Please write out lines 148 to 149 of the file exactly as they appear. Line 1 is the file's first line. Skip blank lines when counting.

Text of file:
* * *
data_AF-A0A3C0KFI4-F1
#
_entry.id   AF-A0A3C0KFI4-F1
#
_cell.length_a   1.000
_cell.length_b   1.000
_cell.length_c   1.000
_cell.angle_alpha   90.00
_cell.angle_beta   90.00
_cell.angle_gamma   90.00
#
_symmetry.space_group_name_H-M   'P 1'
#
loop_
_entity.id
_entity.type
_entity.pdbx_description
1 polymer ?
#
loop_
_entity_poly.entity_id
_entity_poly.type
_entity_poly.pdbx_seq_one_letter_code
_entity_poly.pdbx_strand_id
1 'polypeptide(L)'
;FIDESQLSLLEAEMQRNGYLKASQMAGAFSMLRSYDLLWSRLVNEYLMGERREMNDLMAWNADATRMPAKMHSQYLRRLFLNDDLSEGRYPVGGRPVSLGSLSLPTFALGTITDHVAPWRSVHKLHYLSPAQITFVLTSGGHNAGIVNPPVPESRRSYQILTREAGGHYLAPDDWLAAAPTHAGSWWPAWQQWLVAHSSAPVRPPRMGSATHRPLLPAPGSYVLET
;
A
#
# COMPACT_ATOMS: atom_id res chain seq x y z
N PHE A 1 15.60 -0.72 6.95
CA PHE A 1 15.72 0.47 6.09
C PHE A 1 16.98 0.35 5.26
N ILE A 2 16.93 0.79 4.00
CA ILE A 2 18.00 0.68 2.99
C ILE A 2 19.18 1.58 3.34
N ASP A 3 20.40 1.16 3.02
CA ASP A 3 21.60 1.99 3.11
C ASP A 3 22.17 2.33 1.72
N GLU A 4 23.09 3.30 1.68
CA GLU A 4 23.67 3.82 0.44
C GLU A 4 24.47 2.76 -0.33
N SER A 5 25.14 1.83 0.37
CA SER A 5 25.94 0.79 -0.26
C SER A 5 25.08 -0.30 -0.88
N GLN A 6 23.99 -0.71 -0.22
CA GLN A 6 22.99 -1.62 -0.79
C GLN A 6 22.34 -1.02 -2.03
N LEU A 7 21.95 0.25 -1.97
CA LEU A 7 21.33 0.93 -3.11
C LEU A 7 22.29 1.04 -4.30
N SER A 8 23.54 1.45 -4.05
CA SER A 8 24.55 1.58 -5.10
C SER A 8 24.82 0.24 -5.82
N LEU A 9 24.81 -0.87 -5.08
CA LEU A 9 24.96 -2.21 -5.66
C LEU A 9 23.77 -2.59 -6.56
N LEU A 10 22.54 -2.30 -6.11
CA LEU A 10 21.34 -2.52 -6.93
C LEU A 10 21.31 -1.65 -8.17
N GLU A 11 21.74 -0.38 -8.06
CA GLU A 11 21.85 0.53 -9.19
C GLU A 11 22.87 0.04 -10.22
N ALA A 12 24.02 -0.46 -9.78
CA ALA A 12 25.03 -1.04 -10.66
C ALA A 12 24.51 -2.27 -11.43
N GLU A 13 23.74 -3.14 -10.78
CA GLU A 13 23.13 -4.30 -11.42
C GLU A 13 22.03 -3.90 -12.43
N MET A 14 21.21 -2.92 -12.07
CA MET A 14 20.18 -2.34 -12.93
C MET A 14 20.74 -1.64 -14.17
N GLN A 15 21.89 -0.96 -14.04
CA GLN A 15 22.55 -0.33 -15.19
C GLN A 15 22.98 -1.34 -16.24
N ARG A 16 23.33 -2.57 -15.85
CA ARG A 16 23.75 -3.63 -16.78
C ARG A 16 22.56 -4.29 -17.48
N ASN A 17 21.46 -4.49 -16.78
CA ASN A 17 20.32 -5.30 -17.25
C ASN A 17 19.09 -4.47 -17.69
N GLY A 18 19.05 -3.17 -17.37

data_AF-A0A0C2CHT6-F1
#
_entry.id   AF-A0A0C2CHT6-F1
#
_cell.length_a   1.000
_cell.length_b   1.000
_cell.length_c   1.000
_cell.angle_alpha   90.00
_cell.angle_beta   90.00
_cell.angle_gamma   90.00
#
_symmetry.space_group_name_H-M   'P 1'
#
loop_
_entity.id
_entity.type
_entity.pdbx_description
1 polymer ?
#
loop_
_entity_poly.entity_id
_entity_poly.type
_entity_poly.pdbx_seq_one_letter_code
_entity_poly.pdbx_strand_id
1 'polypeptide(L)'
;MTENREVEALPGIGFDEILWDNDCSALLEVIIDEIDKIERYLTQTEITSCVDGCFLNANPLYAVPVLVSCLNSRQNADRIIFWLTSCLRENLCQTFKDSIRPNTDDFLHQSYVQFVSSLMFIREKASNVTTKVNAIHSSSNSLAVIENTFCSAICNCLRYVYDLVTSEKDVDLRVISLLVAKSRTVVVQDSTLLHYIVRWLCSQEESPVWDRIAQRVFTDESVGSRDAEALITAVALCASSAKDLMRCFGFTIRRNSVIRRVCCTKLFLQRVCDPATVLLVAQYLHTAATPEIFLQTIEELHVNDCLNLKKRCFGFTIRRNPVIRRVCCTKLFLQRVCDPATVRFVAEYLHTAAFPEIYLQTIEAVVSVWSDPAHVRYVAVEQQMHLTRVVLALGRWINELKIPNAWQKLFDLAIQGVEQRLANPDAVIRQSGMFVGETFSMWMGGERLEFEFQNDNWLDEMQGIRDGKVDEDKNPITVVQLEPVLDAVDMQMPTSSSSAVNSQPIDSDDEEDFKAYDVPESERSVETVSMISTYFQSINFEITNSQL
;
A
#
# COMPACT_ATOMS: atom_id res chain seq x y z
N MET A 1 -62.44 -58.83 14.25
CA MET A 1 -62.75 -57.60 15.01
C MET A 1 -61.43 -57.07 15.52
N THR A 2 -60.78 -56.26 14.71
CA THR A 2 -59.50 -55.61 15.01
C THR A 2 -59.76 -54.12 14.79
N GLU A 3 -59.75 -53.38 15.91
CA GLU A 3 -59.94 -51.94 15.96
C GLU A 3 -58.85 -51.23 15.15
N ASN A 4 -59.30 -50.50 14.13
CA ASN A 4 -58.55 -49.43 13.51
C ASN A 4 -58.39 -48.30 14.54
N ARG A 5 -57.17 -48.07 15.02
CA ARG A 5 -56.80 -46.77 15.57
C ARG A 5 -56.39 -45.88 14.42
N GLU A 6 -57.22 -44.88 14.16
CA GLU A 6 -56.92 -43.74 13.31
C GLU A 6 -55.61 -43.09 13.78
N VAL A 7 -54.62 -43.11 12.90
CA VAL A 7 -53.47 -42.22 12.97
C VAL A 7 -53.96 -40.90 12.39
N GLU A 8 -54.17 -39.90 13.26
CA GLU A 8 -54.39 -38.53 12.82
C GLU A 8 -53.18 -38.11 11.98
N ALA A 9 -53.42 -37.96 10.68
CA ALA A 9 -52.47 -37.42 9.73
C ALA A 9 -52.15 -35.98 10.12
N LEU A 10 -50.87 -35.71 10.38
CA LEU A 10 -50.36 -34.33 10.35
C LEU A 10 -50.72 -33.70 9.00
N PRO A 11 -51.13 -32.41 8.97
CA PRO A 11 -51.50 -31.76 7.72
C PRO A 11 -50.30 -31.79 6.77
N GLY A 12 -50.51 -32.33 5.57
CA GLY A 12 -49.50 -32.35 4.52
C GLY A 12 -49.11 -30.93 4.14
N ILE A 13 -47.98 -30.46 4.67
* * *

C GLY A 12 -49.11 -30.93 4.14
N ILE A 13 -47.98 -30.46 4.67